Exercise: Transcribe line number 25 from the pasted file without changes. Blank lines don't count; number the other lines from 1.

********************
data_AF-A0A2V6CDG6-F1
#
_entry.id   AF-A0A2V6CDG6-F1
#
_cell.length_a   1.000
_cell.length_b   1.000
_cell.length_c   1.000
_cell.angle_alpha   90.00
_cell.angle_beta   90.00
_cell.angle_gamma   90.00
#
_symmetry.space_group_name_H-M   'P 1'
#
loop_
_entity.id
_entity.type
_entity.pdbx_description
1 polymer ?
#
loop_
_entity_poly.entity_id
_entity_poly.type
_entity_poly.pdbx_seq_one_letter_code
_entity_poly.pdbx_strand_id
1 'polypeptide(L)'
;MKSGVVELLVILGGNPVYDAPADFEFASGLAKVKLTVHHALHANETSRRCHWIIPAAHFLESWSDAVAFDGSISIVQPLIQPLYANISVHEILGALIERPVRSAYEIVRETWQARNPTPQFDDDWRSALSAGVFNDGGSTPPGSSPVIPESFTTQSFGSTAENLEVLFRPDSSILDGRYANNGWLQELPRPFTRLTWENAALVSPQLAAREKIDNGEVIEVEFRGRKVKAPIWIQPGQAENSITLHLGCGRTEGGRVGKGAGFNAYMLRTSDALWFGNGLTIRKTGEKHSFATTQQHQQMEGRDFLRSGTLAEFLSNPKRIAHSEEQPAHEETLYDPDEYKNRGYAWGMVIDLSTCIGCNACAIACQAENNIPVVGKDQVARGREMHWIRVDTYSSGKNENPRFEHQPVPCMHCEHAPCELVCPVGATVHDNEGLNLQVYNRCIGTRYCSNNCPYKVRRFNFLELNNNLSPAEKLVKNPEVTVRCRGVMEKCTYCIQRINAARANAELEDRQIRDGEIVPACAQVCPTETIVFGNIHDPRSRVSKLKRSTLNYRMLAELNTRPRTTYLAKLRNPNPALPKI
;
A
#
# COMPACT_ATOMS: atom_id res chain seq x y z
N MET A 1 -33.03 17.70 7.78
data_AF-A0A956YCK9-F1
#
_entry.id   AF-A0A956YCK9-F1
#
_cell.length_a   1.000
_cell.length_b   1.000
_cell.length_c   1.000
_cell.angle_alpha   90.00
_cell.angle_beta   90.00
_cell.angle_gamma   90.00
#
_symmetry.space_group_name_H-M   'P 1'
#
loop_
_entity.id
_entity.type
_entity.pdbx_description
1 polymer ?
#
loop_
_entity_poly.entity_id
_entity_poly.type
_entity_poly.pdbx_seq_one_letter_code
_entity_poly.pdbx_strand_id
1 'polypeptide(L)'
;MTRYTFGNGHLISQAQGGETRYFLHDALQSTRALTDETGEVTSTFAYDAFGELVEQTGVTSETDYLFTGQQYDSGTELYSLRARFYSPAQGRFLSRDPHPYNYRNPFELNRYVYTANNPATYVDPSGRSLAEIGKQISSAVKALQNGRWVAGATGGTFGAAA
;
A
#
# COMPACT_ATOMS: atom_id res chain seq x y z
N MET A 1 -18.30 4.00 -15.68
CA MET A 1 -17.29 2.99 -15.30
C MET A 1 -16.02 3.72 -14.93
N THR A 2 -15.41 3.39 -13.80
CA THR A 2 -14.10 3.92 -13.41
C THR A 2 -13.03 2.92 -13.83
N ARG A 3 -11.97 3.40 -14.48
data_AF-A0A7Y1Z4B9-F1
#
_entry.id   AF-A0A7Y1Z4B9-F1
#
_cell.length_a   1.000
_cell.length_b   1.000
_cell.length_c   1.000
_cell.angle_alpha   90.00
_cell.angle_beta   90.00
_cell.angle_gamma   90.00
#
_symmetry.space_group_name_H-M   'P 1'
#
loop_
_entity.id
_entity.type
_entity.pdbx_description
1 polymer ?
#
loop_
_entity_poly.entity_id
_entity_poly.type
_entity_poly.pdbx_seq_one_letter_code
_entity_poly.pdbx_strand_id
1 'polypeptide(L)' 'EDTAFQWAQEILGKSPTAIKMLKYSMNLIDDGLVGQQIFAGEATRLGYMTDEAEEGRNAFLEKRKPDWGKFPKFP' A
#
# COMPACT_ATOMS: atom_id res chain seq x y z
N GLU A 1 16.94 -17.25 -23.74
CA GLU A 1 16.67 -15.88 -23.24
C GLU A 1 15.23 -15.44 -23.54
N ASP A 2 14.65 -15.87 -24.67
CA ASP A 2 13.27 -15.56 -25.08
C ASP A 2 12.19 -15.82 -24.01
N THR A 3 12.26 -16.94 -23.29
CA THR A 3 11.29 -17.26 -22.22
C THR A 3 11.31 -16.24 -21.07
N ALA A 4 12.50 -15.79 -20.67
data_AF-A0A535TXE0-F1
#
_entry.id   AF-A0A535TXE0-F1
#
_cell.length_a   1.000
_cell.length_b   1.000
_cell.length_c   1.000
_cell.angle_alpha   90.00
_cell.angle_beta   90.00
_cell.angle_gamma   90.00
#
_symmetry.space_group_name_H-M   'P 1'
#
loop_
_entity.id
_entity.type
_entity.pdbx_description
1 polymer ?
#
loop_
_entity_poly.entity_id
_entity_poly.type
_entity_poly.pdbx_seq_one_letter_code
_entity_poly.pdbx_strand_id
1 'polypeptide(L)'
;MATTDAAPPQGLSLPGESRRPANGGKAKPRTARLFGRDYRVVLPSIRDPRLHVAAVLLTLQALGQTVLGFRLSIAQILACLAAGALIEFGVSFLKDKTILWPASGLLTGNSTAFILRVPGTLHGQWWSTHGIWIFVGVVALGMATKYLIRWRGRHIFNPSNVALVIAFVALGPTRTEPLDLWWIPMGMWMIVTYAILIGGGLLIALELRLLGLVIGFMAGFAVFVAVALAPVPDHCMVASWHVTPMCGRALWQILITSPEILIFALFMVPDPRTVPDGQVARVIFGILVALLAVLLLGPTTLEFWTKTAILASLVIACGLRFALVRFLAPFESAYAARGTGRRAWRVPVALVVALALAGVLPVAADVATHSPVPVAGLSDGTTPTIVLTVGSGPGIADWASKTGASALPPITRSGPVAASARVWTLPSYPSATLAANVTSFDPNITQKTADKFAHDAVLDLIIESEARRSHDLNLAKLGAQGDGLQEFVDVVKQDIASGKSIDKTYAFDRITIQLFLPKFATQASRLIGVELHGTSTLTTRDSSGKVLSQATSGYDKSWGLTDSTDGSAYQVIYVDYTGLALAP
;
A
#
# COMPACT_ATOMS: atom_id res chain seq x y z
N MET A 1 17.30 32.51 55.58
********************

1 'polypeptide(L)'